WASHINGTON -- The U.S. has begun to consider new tariffs that will be imposed on imports from nations that devalue their currencies, a move that is seen as aimed at China but could also ensnare other countries like Japan.
The Commerce Department said Thursday that it was looking into allowing anti-subsidy tariffs for imports from countries that undervalue their currencies against the dollar.
The yuan has softened against the greenback over stalled trade talks with the U.S. and concern about a slowing domestic economy, nearing the psychologically significant mark of 7 yuan to the dollar. There is speculation that Beijing is permitting the yuan to weaken to offset the impact of higher U.S. tariffs.
The U.S. has already imposed anti-dumping and countervailing tariffs on 481 goods at the request of domestic companies, many of which are Chinese products like steel. Levies on these products will rise should Washington determine that China is undervaluing the yuan under the proposed system. Countervailing duties are already more than 200% for some products, and even higher rates would eliminate them from the American market.
The Commerce Department can also impose tariffs on a wide range of goods from trading partners it designates as currency manipulators. U.S. President Donald Trump said during the 2016 election campaign that he would label China a currency manipulator and impose a 45% import tax on its goods. The designation criteria are strict, however, and the U.S. has avoided its use on China since 1994.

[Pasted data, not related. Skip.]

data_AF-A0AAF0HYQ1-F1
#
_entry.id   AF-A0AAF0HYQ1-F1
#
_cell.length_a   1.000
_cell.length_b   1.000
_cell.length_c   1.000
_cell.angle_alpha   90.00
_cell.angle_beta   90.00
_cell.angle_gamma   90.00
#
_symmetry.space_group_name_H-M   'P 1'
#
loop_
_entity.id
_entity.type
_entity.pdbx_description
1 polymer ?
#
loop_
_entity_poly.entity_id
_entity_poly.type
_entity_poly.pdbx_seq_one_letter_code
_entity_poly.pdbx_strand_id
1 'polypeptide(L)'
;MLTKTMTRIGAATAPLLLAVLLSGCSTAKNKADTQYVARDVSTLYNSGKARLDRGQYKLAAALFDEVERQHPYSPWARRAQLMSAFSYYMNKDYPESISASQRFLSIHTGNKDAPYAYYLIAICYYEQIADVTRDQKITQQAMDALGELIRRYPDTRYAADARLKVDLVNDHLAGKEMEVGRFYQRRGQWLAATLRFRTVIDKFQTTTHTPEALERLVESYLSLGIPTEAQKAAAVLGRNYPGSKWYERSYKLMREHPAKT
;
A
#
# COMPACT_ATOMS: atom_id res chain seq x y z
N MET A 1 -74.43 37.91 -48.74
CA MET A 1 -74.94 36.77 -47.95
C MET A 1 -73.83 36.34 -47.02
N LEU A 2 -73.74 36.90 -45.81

The proposed system, on the other hand, would place anti-subsidy duties on individual goods and would be simple to impose.
The department has also delayed its semiannual currency report, which it typically submits to Congress in mid-April, by more than a month. Washington and Beijing discussed China's currency policies at trade talks in December, but negotiations reached an impasse in May. It is said the White House could also alter its criteria for labeling currency manipulators to pressure China, a potential move that is unnerving the market.
Altering the countervailing duty-system would also put some pressure on other countries besides China, such as Japan. The proposal only targets currency devaluations from government action and would not take issue with the Bank of Japan's ultra-loose monetary policy. Japan last intervened to weaken the yen in 2011 but has historically suffered from a strong yen due to speculation. It has tried to suppress market tumult with verbal interventions, but the U.S. may set its sights on such indirect methods as well.
Trump will meet with Japanese Prime Minister Shinzo Abe on Monday. The U.S. is demanding a quick trade deal on goods with Japan and, in particular, requested a solution to the national security threat it says is posed by Japanese car imports.
Japan has asked for the separation of trade negotiations and currency policy, but the American auto industry is wary of Japanese imports and has sought countermeasures from U.S. authorities.